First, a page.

Lets start from the beginning; if you recall, yesterday was a day that originated with me traveling in on a red-eye from San Diego (3 hrs sleep in an upright position), 2 hours sleeping horizontally at the now "old" crashpad, picking up a uhaul, loading up and cleaning, unloading at the new place which happens to be on the 3rd story w/ no elevator, returning the truck, organizing a bit, going shopping at Ikea for a new bed and frame, stuffing it all in a VW Jetta, unloading that up three flights of stairs (again), assemblying and cleaning until 2AM. This is where the fun begins. The only reason I stayed up till 2AM is because I received a phone call from scheduling telling me that I was to be on short call reserve, which means that if I were to get a call from operations, I would have to be at the airport and in my plane dutied in within 2 hours, at 7:30 with a mandatory duty in at 10:25 for an 11:25AM departure to Omaha, Nebraska. Instead of 5 legs as originally planned, I was now scheduled to fly one leg to Omaha followed by one leg back tomorrow. I thought to myself that it shouldn't be that bad, but little did I know.I arrive at the airport a little early (10:10AM) happen to meet up with Kurt, walked to another concourse to pick up my flight bag while grabbing a venti caramel machiatto w/ soy from Starbucks, went to the plane and got it ready to go. All in all, it didn't seem like it was going to be too harsh, but the weather deteriorated quickly.
I figured that I should read up on the de-icing procedures in ATL since I've never done it before along with the fact that we were going to be a while until our ticket was up. We board up, release the parking break and great ready to go. Once we're on the taxiway, we were told that deicing would take approximately 1 hour from our current spot in line, so we turned off both engines and hung out. By the time we were number 1 and getting ready to enter the de-ice pad, the forecast and current weather conditions equated heavy snow. "+SN" limits us by putting a stringent requirement of having to take off within 5 minutes of deicing and the current estimates were about 8-10 minutes. So, all in all, it wasn't conducive to get deiced with a chance of having to do it all over again. All the while, we pick up on the radio that the runway was shut down because of poor braking action. Good thing we just turned back.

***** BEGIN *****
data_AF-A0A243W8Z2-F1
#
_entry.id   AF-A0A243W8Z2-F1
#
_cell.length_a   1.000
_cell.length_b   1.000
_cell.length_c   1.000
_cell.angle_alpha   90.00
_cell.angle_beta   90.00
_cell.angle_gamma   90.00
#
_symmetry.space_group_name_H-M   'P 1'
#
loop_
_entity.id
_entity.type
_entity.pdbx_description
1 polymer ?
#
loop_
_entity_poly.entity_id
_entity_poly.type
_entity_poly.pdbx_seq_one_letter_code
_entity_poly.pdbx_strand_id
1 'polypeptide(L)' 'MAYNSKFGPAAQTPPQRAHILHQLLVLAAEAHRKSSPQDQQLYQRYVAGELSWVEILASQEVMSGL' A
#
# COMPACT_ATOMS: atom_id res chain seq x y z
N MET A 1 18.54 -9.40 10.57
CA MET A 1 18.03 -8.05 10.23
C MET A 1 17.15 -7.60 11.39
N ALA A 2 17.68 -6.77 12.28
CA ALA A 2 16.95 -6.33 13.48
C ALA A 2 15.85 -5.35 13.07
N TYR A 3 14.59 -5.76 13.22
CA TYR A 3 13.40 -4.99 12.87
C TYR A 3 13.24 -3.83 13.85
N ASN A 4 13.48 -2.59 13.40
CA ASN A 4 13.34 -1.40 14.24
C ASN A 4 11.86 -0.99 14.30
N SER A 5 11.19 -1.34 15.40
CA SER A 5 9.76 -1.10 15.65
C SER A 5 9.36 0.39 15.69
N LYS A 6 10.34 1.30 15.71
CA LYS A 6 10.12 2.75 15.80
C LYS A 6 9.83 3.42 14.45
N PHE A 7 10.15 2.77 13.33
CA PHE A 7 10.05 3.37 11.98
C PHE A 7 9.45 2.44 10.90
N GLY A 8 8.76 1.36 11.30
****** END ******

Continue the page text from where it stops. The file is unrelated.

Getting a parking spot wasn't that much of an issue but since the rampers and gate agents were being overwhelmed with returned aircraft, it was about another 15-20 minutes of sitting waiting with the door open, snow piling up on the stairs and passenger entry way before we started the de-boarding process. Outside my window, I see this: and record this:
Another two hours pass by, we finally get called back out to the aircraft to continue the flight to Omaha, Nebraska and prepare the aircraft once again. We are notified that it would be another hour till we hear what's going on since the de-ice line is nearing the 2 hour mark, and once again, we sit for about 2 hours in the plane just waiting. Mind you, I've been at work since 10:25AM and I've only been paid for about 1.5 hours and it's already 4:30PM. A ramp agent comes aboard and tell us that we've been Code Sixed - Cancelled and I get a call: Instead of 5 legs today which turned into 1 leg to Omaha, I will be operating a flight to Kileen, Texas departing at 6:55PM. So, I get to sit another 2 hours unitl we depart. To make the story short, I finish the day with a 15 hour duty day, 4.5 hours of block time (hours in the aircraft actually getting paid) and now I sit here blogging in Kileen, Texas and instead of getting back to Atlanta at 8:00AM, I'm not due in till 4:00PM extending my entire schedule! YEA for me!
Here is another video with actual pictures of the snow on the wings of the aircraft.